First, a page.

After a year of high-profile cyberattacks, including ransomware campaigns on organizations such as JBS, Colonial Pipeline, Kaseya and more, the need for organizations to prioritize cybersecurity holds more weight than ever before.
However, what often gets lost in conversations about the rise of sophisticated attacks is the human element and acknowledging the defenders who have been working tirelessly to protect organizations from these attacks.
About the author
Rick McElroy is the Principal Cybersecurity Strategist at VMware
Being a part of the security community for more than two decades, it’s clear that the pressure on cybersecurity professionals is increasing in parallel with the threats they’re defending against.
This can and has led to burnout, especially as we continue to operate in remote and understaffed environments.
Defenders under stress
In August, the Biden Administration also highlighted that there are 500,000 open cybersecurity roles across the country.
This talent gap is putting a strain on defenders and leaving most spread thin and their organizations vulnerable to destructive cyberattacks.
Opportunity in disguise
CISOs [Chief Information Security Officer] and business leaders have an opportunity to learn from these attacks and take advantage of this moment in time to educate employees and stakeholders about the importance of cybersecurity.
But they should also leverage this opportunity to acknowledge the burnout facing security professionals and ensure these defenders are supported and empowered.
As part of my role, I have many conversations with CISOs and security leaders about the challenges they’re currently facing.
Many are concerned about how best to build resilient security teams that can manage the high stress that a career in cybersecurity brings.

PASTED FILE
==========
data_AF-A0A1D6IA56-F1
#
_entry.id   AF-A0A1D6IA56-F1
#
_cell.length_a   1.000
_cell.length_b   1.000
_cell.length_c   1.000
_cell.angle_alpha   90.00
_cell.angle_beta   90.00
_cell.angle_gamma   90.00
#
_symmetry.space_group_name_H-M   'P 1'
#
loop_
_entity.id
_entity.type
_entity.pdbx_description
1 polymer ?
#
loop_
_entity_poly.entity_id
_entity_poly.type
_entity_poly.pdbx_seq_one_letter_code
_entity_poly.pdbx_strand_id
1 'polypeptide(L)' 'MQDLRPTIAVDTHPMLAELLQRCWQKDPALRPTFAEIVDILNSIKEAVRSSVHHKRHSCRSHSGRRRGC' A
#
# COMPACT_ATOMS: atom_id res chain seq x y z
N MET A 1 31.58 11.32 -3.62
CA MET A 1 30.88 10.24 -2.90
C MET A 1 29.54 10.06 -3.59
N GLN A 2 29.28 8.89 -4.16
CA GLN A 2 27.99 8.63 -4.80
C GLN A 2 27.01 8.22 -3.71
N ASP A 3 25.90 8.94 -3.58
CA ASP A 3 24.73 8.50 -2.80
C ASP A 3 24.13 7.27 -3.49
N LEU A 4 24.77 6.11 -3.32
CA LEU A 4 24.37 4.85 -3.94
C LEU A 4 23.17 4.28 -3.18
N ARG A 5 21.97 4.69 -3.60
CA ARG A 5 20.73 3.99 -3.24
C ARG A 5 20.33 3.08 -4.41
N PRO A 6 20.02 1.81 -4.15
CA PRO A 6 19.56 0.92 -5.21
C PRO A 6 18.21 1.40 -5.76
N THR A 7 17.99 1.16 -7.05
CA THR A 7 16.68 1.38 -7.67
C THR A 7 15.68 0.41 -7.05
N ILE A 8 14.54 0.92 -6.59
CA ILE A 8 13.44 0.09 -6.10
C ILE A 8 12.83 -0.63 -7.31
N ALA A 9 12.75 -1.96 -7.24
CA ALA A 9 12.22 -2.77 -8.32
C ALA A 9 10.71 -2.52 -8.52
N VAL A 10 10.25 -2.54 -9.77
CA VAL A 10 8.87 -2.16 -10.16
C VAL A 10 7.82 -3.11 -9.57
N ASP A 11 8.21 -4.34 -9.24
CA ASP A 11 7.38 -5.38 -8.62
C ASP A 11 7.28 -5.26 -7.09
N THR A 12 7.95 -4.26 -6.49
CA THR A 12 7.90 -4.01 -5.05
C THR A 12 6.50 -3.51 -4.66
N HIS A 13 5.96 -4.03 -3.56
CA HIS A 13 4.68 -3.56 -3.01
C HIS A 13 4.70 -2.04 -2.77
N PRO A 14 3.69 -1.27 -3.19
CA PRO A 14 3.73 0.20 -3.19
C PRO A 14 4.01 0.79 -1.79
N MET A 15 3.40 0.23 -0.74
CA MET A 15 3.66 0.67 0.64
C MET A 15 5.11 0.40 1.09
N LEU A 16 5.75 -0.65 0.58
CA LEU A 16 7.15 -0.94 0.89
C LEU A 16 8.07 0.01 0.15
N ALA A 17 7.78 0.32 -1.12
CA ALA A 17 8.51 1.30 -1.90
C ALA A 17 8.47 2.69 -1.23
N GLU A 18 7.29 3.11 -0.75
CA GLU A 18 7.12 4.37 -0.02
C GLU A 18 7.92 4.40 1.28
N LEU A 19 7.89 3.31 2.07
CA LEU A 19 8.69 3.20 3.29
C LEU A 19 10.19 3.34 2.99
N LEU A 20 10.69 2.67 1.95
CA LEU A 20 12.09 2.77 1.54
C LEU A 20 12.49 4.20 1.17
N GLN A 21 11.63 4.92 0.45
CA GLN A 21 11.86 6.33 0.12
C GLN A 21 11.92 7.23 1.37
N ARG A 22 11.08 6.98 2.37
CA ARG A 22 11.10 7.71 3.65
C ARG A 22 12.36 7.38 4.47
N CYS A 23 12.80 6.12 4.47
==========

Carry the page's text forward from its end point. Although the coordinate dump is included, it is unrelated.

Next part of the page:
Here are four best practices for CISOs and security leaders working to break the burnout cycle:
1. Spot burnout from the start
It is important to spot the early signs of burnout. There are telltale warning signs like disengagement and cynicism that can happen before outright exhaustion sets in.
Create an open environment where employees can feel comfortable expressing that they are experiencing the symptoms of burnout without it being seen as a fault or weakness.
2. Empower your team with the right tech
Encourage and train your teams to use efficient processes and technology. There is too much to do in a day to waste any time on inefficiencies.
At the same time, a company can invest all the money in the world on automation technology and tools but without proper training, it can create unnecessary complexity and confusion.
Arming teams with the proper tools and training will allow for them to effectively do their jobs, leading to a decrease in stress.
3. Encourage self-care
From my experience, cybersecurity professionals are extremely driven, tactical people. I find that often, they’re so engrossed in what their work needs from them that they forget what they need from themselves.
As a leader, it’s important to urge your teams to take mental health days and PTO. Unplugging is crucial for people to reset and recharge, coming back feeling motivated and ready.
Another idea would be to offer non-standard working hours based on the needs of your employees. Feeling respected and valued enough to create schedules that work for their lives leaves employees feeling in control and able to balance more.
4. Build anti-burnout activities into the day-to-day
Zoom fatigue and too much screen time can leave people feeling drained at the end of the day.
Switch your team’s meetings to walking meetings, provide weekly mindfulness training, and encourage call-free Fridays.
Remember as the leader, you should practice what you preach here and lead by example with these suggestions.
It’s time for security leaders to take a step back and not only examine their organization’s security posture but also take inventory of whether employees are feeling supported and empowered.
The future of cybersecurity depends on it.